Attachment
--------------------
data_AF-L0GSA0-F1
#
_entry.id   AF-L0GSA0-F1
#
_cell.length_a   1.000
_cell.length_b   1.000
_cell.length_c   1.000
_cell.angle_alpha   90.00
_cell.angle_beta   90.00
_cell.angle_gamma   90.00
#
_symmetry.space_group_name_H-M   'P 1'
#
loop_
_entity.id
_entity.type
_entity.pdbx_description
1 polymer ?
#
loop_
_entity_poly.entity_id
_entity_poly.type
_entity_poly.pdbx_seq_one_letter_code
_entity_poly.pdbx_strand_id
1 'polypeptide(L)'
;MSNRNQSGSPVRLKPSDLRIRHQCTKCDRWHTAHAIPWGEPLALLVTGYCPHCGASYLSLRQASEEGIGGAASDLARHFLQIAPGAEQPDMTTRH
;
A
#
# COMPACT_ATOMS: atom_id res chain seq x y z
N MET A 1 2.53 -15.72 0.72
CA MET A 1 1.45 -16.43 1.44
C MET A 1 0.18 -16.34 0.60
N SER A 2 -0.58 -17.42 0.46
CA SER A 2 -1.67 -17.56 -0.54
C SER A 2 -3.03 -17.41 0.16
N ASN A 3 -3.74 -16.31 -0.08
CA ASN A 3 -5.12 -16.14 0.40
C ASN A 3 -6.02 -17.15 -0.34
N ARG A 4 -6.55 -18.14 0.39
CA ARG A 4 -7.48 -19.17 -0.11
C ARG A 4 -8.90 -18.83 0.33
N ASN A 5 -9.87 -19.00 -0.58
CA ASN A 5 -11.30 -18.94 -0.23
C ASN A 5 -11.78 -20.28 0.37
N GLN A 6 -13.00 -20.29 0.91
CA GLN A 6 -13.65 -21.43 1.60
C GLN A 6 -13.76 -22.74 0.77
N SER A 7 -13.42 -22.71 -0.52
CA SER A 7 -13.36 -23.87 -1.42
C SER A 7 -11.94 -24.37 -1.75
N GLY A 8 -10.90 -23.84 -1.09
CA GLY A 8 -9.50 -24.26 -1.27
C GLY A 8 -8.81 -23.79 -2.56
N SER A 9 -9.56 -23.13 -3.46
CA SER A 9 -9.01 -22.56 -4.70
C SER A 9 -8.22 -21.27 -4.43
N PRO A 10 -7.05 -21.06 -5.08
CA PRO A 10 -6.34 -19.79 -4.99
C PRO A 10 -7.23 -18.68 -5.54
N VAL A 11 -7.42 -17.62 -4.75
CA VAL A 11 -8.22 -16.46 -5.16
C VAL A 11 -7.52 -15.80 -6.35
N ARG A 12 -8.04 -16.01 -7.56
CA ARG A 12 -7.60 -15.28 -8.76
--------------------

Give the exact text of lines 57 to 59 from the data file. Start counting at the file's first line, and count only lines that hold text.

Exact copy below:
C SER A 9 -8.22 -21.27 -4.43
N PRO A 10 -7.05 -21.06 -5.08
CA PRO A 10 -6.34 -19.79 -4.99